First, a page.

In the large-scale search term and location warrants, police know a crime occurred but don’t know who might have committed it.
They come up with what could be potential evidence — the location near a crime or a search term like “pipe bomb” — and ask a judge to order Google to provide information on people who match those criteria.
“That’s not the way criminal investigations are supposed to go,” said Jumana Musa, director of the Fourth Amendment Center of the National Association of Criminal Defense Lawyers.
The Google warrants show that companies with our data are arbiters of our constitutional rights.
No one gave Google, Apple or your mobile phone provider that power, but they regularly decide whether government authorities are entitled to your personal information.
Privacy advocates say that anywhere our data is collected and saved en masse, there’s potential for abuse. That’s one reason privacy advocates demand that Google track less information that could be used by police — or misused by crooks.
They point to Google’s competitors including Apple, which collects location information from iPhones but doesn’t save it in a way that could be mass searched under court order, said Albert Fox Cahn, founder of the Surveillance Technology Oversight Project.
Web search company DuckDuckGo says it doesn’t save search records in a way that could be tied to a particular person.
Cahn and several other technology privacy advocates said the two types of broad warrants for our Google information should be illegal.
New York and other states are considering banning elements of the warrants.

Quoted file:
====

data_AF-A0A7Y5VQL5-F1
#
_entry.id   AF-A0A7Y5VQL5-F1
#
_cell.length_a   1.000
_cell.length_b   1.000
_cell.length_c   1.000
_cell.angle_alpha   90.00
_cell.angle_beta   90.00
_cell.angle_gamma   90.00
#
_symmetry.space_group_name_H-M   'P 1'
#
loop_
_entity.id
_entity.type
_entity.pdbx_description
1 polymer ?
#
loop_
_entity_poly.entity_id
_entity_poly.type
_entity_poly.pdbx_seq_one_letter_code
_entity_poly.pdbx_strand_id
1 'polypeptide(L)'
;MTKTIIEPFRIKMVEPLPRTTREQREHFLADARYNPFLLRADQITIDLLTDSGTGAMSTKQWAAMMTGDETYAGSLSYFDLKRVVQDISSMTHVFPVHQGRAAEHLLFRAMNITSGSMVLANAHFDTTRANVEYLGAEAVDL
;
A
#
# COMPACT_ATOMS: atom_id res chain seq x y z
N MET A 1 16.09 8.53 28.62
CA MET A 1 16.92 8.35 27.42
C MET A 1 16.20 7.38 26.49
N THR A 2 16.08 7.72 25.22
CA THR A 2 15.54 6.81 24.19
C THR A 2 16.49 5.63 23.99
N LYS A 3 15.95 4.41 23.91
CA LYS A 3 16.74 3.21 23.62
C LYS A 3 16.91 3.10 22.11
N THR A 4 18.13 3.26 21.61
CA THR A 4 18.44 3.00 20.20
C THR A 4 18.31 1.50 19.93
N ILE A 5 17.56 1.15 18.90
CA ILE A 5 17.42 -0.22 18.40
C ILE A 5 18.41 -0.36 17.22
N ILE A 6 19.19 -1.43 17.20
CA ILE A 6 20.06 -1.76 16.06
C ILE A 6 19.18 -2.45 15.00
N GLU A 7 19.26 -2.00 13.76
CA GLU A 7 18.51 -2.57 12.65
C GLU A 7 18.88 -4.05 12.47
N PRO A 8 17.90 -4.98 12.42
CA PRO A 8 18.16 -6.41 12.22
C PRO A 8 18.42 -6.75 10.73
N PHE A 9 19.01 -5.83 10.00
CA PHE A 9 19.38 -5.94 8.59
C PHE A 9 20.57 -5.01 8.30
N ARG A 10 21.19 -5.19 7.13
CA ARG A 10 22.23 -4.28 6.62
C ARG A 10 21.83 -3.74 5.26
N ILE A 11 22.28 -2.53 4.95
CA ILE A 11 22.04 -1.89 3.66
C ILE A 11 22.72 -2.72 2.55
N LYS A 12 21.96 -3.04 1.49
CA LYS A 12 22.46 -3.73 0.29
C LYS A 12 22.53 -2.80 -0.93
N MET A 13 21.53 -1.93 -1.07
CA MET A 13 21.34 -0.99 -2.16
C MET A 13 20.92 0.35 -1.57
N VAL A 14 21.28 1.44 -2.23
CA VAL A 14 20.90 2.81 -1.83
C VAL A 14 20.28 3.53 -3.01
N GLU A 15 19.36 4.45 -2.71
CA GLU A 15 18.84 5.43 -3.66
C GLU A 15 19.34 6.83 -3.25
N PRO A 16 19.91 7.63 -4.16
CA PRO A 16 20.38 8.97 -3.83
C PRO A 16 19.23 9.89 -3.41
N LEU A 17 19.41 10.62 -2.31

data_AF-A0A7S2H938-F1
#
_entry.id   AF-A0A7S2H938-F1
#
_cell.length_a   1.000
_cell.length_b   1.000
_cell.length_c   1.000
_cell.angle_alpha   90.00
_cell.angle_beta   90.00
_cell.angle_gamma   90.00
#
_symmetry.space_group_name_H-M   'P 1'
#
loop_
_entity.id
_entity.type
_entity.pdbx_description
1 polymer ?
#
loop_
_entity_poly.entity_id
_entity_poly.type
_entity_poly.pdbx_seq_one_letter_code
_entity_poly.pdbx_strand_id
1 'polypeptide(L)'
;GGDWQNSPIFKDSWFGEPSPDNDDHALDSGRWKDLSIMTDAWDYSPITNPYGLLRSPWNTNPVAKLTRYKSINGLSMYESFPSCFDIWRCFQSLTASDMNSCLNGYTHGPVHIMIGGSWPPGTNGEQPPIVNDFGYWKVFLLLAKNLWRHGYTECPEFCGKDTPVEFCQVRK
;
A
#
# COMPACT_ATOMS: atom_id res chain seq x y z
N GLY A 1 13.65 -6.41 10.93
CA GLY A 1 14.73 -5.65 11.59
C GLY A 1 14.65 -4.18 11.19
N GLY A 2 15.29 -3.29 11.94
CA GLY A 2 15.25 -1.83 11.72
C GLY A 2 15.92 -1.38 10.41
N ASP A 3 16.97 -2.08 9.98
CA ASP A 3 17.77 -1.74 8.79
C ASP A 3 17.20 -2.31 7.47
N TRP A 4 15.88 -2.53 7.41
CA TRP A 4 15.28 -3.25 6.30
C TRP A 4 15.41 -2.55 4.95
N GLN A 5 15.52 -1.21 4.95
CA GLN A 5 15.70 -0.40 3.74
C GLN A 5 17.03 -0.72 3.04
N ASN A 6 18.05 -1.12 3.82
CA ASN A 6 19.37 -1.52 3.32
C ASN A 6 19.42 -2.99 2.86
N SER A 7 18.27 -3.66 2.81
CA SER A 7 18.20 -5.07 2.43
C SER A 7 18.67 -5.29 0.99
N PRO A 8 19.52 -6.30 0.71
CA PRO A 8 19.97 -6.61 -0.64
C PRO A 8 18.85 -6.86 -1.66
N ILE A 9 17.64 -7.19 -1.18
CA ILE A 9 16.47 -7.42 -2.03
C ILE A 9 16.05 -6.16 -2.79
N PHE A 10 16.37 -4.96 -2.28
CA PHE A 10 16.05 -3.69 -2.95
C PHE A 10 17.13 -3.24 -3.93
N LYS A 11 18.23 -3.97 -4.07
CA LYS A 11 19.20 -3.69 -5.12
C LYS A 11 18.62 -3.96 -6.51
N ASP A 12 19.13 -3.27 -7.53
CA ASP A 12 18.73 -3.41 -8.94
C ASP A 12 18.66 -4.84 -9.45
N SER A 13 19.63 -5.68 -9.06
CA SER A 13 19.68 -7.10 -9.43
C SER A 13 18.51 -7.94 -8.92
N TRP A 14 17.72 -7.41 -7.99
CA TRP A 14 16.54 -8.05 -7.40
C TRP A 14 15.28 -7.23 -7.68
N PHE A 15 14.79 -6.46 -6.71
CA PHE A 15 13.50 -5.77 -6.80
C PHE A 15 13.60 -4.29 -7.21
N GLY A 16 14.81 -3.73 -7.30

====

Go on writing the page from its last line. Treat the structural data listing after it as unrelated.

In the “Activity controls” settings of a personal Google account, you can turn on or off the option for Google to save records of everywhere you go with your phone or other mobile device.
If what Google calls your Location History is turned on, the company may record where your phone travels every couple of minutes, whether you’re using Google apps at the time or not.
Google uses your Location History for some of its features, such as the ability to see how busy a restaurant is in its Google Maps listing. The information also goes into a database that is subject to law enforcement warrants.
You can also delete all or parts of your Location History data.
To minimize Google’s data on what you search, go to the Activity controls and click “turn off” in the Web & App Activity section. It helps to use Chrome and Google web search without logging into a Google account.
You can also search the web instead with the DuckDuckGo search engine or use a virtual private network to make it harder for Google or your internet provider to tie your web activity to your device or identity.
(One problem, however, is the VPN provider — some of which are shady — will collect all your web activity.)
These steps aren’t foolproof, and you as an individual can only do much.
Cahn said even if you don’t use an Android phone or Google search, maps and Chrome, the company’s technology is so ubiquitous that Google probably collects some information on most people.
And no matter how tech savvy you are or how many settings you change, you will never have full knowledge of what companies including Google do with your digital information.
That shouldn’t make you feel powerless. But it helps to understand that Americans have few protections from ubiquitous surveillance of our activities online and where we go.
“This system, the way we’re doing it, is broken and wrong,” said Jennifer Granick, a privacy and technology attorney with the ACLU. “The law should really protect people.”